Seller concessions may only be utilized to offset closing costs, reduce the interest rate on a temporary or permanent basis, or to prepay mortgage insurance on behalf of the borrower. Seller concessions may NOT be used to reduce the down payment made by the borrower.

It might surprise a prospective buyer to understand the different impacts that a seller concession versus a price reduction can have on the monthly cost of their mortgage. And it might surprise sellers to learn that offering a concession in the form of an interest rate buydown can increase the pool of prospective buyers.

I am happy to explore buyer and seller wants, needs, and goals. Structuring a seller concession so that both buyer and seller benefit is possible once all parties agree upon the anticipated appraised value of a property. Of course, this is best done with the assistance of an experienced Realtor like me who knows how to evaluate the market trends in a particular community.

    If you are buying or selling and have questions about the different possible concessions, call Jaxzann at 303-990-2992.

Changes Announced to 2nd Home & Jumbo Loans, Self-Employed Borrowers and Appraisal Fees  

I received a call this week from Jaxzann Riggs, owner of The Mortgage Network informing me of several changes occurring at FNMA and FHLMC that may “level” the playing field for some purchasers.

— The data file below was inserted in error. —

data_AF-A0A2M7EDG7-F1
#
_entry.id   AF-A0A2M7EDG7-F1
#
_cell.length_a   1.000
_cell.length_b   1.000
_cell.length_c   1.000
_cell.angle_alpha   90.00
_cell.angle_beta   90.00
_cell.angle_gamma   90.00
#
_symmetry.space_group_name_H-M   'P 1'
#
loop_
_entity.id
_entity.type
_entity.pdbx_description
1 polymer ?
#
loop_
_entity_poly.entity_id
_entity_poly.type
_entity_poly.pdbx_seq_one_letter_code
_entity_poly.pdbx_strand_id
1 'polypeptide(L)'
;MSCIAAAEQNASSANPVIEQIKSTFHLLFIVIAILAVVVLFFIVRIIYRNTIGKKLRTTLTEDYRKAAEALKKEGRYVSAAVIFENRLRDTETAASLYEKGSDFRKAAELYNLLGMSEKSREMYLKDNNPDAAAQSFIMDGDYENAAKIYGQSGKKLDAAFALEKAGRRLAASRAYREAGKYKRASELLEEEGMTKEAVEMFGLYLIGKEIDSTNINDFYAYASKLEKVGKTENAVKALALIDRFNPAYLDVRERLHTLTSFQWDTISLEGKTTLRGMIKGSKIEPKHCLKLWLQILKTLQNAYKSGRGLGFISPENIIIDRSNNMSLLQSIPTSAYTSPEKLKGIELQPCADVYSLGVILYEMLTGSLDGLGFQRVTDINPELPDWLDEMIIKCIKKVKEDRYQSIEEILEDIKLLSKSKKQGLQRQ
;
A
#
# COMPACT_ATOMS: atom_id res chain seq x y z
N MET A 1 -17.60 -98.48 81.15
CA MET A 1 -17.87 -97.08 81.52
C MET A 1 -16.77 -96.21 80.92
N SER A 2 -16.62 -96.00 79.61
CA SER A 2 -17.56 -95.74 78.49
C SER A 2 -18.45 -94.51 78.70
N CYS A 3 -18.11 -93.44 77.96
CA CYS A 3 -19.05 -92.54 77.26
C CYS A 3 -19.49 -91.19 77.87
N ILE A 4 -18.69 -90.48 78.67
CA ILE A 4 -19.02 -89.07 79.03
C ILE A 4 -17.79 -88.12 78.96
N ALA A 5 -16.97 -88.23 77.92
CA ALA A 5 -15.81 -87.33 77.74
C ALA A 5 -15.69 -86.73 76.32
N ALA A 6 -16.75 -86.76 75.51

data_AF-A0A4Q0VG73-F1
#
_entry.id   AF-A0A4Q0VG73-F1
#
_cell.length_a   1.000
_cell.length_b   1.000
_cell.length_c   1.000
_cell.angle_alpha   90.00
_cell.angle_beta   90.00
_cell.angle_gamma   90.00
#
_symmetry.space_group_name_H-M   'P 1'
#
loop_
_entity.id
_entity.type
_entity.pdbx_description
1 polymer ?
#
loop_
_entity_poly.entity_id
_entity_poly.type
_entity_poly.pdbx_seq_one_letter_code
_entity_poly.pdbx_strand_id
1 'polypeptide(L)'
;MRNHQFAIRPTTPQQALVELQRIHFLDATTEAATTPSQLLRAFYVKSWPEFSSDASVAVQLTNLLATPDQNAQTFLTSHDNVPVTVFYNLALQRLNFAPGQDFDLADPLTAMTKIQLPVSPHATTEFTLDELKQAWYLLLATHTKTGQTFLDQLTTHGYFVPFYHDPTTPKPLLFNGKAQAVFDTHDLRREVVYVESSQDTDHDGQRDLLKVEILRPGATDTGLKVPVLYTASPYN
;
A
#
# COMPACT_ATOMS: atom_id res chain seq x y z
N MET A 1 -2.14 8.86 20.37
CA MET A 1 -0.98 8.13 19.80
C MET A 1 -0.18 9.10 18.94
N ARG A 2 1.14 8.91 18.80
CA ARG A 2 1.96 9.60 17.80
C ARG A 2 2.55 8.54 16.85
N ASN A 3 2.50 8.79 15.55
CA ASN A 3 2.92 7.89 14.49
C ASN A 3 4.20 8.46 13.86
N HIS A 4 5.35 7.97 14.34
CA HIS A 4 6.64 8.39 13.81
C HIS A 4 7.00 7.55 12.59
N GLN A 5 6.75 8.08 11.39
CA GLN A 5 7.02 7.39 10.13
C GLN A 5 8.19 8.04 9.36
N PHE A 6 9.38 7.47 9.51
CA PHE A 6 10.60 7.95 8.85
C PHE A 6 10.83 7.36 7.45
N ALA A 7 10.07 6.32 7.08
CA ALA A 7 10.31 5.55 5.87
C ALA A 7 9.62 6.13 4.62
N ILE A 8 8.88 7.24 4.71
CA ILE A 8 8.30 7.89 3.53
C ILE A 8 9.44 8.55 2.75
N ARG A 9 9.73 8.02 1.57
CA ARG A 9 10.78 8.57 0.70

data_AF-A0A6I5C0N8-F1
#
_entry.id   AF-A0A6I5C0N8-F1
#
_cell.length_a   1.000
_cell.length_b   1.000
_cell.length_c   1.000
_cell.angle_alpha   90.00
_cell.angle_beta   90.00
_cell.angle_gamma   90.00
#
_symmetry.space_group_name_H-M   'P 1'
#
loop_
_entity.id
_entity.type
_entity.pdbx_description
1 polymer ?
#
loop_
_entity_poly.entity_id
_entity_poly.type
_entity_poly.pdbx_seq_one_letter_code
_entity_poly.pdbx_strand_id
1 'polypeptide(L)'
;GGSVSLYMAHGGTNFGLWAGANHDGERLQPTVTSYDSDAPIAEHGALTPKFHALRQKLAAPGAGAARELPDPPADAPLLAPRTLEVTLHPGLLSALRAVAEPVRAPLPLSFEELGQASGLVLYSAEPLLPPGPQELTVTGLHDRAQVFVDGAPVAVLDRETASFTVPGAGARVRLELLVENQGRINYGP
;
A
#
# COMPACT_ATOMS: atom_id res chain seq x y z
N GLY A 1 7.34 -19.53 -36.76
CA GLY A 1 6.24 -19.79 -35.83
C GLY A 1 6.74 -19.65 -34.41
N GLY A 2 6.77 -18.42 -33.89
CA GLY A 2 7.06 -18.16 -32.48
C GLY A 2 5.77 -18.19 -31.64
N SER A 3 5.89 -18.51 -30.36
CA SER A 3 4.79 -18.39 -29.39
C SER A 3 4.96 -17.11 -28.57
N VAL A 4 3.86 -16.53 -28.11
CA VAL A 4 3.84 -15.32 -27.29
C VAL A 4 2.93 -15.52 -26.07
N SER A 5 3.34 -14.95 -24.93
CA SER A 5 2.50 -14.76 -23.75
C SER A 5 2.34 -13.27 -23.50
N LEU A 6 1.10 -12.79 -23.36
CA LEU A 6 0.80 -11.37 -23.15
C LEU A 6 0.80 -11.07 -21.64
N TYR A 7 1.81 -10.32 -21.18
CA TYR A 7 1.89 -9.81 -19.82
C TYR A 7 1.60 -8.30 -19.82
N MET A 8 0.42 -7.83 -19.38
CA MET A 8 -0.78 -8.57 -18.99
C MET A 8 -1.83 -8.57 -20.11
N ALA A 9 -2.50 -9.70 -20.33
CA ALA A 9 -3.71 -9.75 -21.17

Roughly 17% of the homes sold in the last 12 months in the Denver metro area have been sold to investors, according to an article in the Denver Post. Demand for second homes has also skyrocketed, as newly remote workers seek more space and better surroundings. Until now, those purchasers were able to obtain loans with interest rates that were comparable to those being offered to purchasers who would be occupying their new home as their primary residence.

On Jan. 5th Fannie Mae and Freddie Mac (FNMA and FHLMC) jointly announced new “loan-level price adjustments” (or LLPAs) for high-balance, investment and second home loans. An LLPA is a risk–based fee assessed to mortgage borrowers using a conventional mortgage. Loan pricing adjustments vary by borrower, based on loan traits such as loan-to-value (LTV), credit score, occupancy type, and the number of units in a home. Borrowers often pay LLPAs in the form of higher mortgage rates. Increasing the LLPAs on high-balance, investment and second homes makes interest rates less attractive for the buyers and allows FNMA and FHLMC to offer new programs to help first-time or lower-income homebuyers.